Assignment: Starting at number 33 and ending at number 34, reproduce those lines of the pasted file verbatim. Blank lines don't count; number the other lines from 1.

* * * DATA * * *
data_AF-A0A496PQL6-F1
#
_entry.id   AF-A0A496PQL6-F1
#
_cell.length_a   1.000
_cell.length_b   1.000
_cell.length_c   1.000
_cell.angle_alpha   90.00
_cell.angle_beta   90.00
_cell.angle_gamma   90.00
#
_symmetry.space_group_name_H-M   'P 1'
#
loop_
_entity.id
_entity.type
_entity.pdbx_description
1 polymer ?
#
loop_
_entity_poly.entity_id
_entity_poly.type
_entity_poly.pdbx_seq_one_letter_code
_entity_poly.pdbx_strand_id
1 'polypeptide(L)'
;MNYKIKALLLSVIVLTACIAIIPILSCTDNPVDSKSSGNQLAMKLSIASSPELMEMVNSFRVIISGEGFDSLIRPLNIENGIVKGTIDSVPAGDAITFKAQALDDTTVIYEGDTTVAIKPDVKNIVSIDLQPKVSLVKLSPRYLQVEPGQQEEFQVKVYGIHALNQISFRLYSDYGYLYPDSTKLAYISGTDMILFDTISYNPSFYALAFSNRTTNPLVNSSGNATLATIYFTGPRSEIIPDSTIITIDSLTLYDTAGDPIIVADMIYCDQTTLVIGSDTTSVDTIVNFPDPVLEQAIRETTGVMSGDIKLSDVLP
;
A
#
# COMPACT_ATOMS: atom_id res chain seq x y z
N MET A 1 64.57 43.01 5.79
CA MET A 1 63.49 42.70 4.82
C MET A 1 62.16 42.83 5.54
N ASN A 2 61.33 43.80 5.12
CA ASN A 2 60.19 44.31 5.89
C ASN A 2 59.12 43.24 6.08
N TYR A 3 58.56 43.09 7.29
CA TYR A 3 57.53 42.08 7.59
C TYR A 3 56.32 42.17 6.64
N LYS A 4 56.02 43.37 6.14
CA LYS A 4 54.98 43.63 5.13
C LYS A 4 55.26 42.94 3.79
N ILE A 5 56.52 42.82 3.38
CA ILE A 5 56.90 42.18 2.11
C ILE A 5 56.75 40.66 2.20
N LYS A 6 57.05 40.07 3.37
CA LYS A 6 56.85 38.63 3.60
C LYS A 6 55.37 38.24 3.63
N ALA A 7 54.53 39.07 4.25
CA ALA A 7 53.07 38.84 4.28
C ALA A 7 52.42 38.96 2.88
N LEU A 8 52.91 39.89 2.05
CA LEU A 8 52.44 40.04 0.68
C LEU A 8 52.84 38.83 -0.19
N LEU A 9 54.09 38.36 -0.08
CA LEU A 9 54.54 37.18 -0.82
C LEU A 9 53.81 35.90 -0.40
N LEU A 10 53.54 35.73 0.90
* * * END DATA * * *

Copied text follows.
C MET A 1 62.16 42.83 5.54
N ASN A 2 61.33 43.80 5.12